Injured right-hander Clay Buchholz was originally scheduled to throw off a mound in a bullpen session on Friday afternoon, but the player and medical staff instead opted for a long toss session for the hurler as he attempts to come back from a strained back. Buchholz voiced frustration and talked about stuff happening in his back during the follow through on his delivery, but the minor setback hasnt changed his timetable for recovery. The string bean righty is still expected back in early August, but will certainly require some rehabilitation starts to build up arm strength before a potential return.

Maureen Mullen is on Twitter at http:twitter.commaureenamullen

Joe Haggerty can be reached at jhaggerty@comcastsportsnet.com. Follow Joe on Twitter at http:twitter.comHackswithHaggs

Former Red Sox prospect Andy Marte killed in car crash in Dominican Republic

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Former Red Sox prospect Andy Marte killed in car crash in Dominican Republic

Former major leaguer Andy Marte, a one-time top prospect in the Red Sox organization, was killed in a car crash in the Dominican Republic on Sunday. He was 33.

Marte was killed the same day that Royals pitcher Yordano Ventura died in a separate car crash in the Dominican. Ventura was 25. Coincidentally, Ventura was the Royals starting pitcher in Marte's final major league game, for the Arizona Diamondbacks on Aug. 6, 2014.

Marte, drafted by the Braves in 2000, was ranked the No. 9 prospect in baseball in 2005 when the third baseman was traded to the Red Sox as part of the deal that sent shortstop Edgar Renteria to Atlanta and Marte became the top-ranked prospect in the Red Sox organization.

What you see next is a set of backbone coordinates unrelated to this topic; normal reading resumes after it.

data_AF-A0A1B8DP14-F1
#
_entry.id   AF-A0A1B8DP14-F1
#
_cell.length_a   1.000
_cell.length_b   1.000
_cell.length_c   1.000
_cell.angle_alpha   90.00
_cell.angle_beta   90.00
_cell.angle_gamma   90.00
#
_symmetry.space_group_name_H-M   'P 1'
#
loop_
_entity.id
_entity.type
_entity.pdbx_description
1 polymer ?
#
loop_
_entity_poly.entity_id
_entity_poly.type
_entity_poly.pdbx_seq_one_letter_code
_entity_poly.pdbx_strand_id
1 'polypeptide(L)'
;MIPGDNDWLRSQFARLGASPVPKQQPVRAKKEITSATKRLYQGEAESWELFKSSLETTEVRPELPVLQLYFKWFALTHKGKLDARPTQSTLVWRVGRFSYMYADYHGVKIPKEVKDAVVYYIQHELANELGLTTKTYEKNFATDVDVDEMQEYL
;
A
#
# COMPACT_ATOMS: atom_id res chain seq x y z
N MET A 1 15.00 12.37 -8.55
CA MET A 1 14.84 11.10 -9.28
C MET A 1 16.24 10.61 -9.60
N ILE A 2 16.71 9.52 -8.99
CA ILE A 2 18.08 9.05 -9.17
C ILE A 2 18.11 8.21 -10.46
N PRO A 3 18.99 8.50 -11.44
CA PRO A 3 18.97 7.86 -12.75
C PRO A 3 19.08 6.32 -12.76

Marte was traded by the Red Sox to the Indians in 2006 in the deal that sent Coco Crisp to Boston and spent five seasons with Cleveland. His best season was 2009 (.232, six home runs, 25 RBI in 47 games). After a six-game stint with Arizona in 2014, he played in South Korea the past two years.  

Metropolitan traffic authorities in the Dominican told the Associated Press that Marte died when a car he was driving his a house along the highway between San Francisco de Macoris and Pimentel, about 95 miles (150 kilometers) north of the capital.
 

Royals pitcher Yordano Ventura killed in car crash in Dominican Republic

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Royals pitcher Yordano Ventura killed in car crash in Dominican Republic

Kansas City Royals pitcher Yordano Ventura was killed in a car crash in in the Dominican Republic on Sunday morning, according to multiple reports. Ventura was 25 years old.

Highway patrol spokesman Jacobo Mateo told the Associated Press that Ventura died on a highway leading to the town of Juan Adrian, about 40 miles (70 kilometers) northwest of Santo Domingo. He says it's not clear if Ventura was driving.

Ventura was killed the same day former major leaguer Andy Marte died in a separate car crash in the Dominican. Coincidentally, Ventura was the starting pitcher in Marte's final MLB game, for the Arizona Diamondbacks on Aug. 6, 2014. 

Ventura was 13-8 with a 4.08 ERA for the Royals' 2015 World Series champions and 11-12 with a 4.45 ERA in 32 starts in 2016. The right-hander made his major league debut in 2013 and in 2014 went 14-10 with a 3.20 ERA for Kansas City's A.L. pennant winners. 

Ironically, Ventura paid tribute to his good friend and fellow Dominican, Oscar Tavares, who was also killed in a car crash in the D.R. in October 2014, by wearing Tavares' initials and R.I.P. on his cap before Ventura's start in Game 6 of the World Series in 2014. 

Ventura is the second current major league player to die in the past five months. Former Miami Marlins ace Jose Fernandez was killed in a boating accident in Miami on Sept. 25.